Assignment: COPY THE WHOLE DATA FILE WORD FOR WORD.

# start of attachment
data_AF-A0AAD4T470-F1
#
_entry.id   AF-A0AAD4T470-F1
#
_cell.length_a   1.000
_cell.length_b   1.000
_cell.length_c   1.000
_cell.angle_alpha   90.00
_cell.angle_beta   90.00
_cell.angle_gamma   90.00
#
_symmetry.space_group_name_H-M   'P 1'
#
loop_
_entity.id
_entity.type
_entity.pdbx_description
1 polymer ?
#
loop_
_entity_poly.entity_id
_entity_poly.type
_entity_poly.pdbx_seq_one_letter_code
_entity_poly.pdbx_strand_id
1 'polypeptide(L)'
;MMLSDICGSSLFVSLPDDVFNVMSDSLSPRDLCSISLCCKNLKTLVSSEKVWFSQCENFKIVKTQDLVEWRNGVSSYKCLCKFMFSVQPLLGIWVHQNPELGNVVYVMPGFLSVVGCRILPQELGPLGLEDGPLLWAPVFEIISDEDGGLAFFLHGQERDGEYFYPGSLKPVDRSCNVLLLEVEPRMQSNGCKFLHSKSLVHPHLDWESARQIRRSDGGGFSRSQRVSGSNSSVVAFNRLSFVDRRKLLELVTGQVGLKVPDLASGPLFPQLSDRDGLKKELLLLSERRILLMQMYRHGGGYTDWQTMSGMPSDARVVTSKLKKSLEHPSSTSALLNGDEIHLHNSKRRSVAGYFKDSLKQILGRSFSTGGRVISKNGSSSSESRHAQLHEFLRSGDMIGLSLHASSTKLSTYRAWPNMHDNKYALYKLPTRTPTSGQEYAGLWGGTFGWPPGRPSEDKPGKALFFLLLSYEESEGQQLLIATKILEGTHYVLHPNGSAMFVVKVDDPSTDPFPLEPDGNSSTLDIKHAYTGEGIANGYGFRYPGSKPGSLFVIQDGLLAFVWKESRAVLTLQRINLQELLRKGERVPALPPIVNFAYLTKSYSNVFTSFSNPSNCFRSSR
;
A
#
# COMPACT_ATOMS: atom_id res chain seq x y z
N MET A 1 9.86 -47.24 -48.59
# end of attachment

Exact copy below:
data_AF-A0AAD4T470-F1
#
_entry.id   AF-A0AAD4T470-F1
#
_cell.length_a   1.000
_cell.length_b   1.000
_cell.length_c   1.000
_cell.angle_alpha   90.00
_cell.angle_beta   90.00
_cell.angle_gamma   90.00
#
_symmetry.space_group_name_H-M   'P 1'
#
loop_
_entity.id
_entity.type
_entity.pdbx_description
1 polymer ?
#
loop_
_entity_poly.entity_id
_entity_poly.type
_entity_poly.pdbx_seq_one_letter_code
_entity_poly.pdbx_strand_id
1 'polypeptide(L)'
;MMLSDICGSSLFVSLPDDVFNVMSDSLSPRDLCSISLCCKNLKTLVSSEKVWFSQCENFKIVKTQDLVEWRNGVSSYKCLCKFMFSVQPLLGIWVHQNPELGNVVYVMPGFLSVVGCRILPQELGPLGLEDGPLLWAPVFEIISDEDGGLAFFLHGQERDGEYFYPGSLKPVDRSCNVLLLEVEPRMQSNGCKFLHSKSLVHPHLDWESARQIRRSDGGGFSRSQRVSGSNSSVVAFNRLSFVDRRKLLELVTGQVGLKVPDLASGPLFPQLSDRDGLKKELLLLSERRILLMQMYRHGGGYTDWQTMSGMPSDARVVTSKLKKSLEHPSSTSALLNGDEIHLHNSKRRSVAGYFKDSLKQILGRSFSTGGRVISKNGSSSSESRHAQLHEFLRSGDMIGLSLHASSTKLSTYRAWPNMHDNKYALYKLPTRTPTSGQEYAGLWGGTFGWPPGRPSEDKPGKALFFLLLSYEESEGQQLLIATKILEGTHYVLHPNGSAMFVVKVDDPSTDPFPLEPDGNSSTLDIKHAYTGEGIANGYGFRYPGSKPGSLFVIQDGLLAFVWKESRAVLTLQRINLQELLRKGERVPALPPIVNFAYLTKSYSNVFTSFSNPSNCFRSSR
;
A
#
# COMPACT_ATOMS: atom_id res chain seq x y z
N MET A 1 9.86 -47.24 -48.59